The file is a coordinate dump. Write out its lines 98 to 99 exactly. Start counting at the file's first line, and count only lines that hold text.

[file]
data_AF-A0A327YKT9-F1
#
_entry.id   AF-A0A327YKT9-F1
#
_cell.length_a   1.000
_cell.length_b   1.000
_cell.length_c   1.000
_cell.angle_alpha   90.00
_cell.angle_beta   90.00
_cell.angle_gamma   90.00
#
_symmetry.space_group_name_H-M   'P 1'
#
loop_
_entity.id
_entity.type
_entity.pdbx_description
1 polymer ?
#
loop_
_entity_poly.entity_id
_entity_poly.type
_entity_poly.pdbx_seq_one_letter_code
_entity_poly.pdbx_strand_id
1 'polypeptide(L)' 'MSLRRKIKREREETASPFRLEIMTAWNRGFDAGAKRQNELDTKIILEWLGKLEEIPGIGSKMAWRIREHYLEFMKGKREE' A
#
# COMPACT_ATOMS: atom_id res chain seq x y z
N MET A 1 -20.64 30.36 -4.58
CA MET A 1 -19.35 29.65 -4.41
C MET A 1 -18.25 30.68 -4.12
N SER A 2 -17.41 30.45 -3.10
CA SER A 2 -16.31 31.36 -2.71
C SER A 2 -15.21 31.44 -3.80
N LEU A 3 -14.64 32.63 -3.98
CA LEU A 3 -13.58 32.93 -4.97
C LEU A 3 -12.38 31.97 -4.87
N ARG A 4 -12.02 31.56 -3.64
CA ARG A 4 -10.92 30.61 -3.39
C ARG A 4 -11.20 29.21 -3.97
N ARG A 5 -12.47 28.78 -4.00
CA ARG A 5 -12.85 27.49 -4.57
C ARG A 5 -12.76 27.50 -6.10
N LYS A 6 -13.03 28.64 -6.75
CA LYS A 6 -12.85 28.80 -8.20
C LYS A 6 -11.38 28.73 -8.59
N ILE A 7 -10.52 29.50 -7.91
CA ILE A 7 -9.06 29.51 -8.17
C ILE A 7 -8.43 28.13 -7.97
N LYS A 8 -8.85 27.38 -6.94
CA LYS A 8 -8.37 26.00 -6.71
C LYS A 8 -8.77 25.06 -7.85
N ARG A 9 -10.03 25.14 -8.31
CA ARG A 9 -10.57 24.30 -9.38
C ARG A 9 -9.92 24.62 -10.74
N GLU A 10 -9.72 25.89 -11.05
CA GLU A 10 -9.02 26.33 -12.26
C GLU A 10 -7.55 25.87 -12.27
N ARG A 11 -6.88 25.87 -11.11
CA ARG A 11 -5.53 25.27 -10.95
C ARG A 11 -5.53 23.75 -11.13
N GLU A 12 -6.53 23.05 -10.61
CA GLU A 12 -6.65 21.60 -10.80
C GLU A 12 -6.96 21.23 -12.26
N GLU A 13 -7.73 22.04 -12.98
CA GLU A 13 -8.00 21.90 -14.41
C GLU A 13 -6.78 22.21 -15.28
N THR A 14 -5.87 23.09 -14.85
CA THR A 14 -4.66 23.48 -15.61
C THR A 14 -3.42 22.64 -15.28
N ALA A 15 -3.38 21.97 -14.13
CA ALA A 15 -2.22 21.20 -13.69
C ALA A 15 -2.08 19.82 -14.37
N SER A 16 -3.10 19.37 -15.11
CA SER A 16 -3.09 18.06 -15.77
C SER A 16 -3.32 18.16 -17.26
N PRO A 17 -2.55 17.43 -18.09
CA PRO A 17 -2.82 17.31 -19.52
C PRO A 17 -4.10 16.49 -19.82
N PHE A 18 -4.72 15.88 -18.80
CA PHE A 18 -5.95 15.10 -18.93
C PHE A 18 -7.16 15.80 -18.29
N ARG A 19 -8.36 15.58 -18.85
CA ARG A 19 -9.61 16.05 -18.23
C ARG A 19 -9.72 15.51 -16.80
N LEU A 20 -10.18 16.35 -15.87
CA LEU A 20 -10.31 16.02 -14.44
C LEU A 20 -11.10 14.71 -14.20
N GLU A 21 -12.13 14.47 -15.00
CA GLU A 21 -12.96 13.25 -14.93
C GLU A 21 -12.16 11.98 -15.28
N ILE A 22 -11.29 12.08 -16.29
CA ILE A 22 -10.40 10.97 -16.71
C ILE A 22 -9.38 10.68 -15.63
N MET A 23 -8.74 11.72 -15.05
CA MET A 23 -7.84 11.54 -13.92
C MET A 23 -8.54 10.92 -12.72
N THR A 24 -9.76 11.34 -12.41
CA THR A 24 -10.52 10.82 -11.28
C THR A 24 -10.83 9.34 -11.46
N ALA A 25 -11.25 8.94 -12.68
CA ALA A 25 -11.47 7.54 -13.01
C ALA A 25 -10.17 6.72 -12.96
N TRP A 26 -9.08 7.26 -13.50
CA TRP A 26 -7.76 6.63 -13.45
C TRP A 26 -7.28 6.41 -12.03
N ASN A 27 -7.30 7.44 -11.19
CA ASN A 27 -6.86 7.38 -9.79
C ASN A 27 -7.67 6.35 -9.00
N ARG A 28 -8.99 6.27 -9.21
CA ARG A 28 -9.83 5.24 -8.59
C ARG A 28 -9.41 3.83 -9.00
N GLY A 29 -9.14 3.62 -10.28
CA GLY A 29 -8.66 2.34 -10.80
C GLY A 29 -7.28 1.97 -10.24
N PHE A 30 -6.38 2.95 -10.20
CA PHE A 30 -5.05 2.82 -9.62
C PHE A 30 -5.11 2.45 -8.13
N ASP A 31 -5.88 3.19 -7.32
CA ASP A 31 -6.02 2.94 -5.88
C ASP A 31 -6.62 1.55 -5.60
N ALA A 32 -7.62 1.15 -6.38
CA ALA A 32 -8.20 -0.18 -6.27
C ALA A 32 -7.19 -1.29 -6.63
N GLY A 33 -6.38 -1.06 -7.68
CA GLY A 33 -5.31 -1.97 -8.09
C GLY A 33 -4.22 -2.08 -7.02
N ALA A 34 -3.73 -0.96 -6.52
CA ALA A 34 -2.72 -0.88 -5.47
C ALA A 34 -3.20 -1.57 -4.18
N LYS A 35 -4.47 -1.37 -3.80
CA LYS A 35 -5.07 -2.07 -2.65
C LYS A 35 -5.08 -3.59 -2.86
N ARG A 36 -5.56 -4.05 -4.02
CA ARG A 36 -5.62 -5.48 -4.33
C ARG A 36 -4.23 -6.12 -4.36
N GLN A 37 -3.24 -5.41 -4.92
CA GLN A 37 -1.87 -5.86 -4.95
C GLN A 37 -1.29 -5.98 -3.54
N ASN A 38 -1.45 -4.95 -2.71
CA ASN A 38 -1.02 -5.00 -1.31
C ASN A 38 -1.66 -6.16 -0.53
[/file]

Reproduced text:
CA THR A 24 -10.52 10.82 -11.28
C THR A 24 -10.83 9.34 -11.46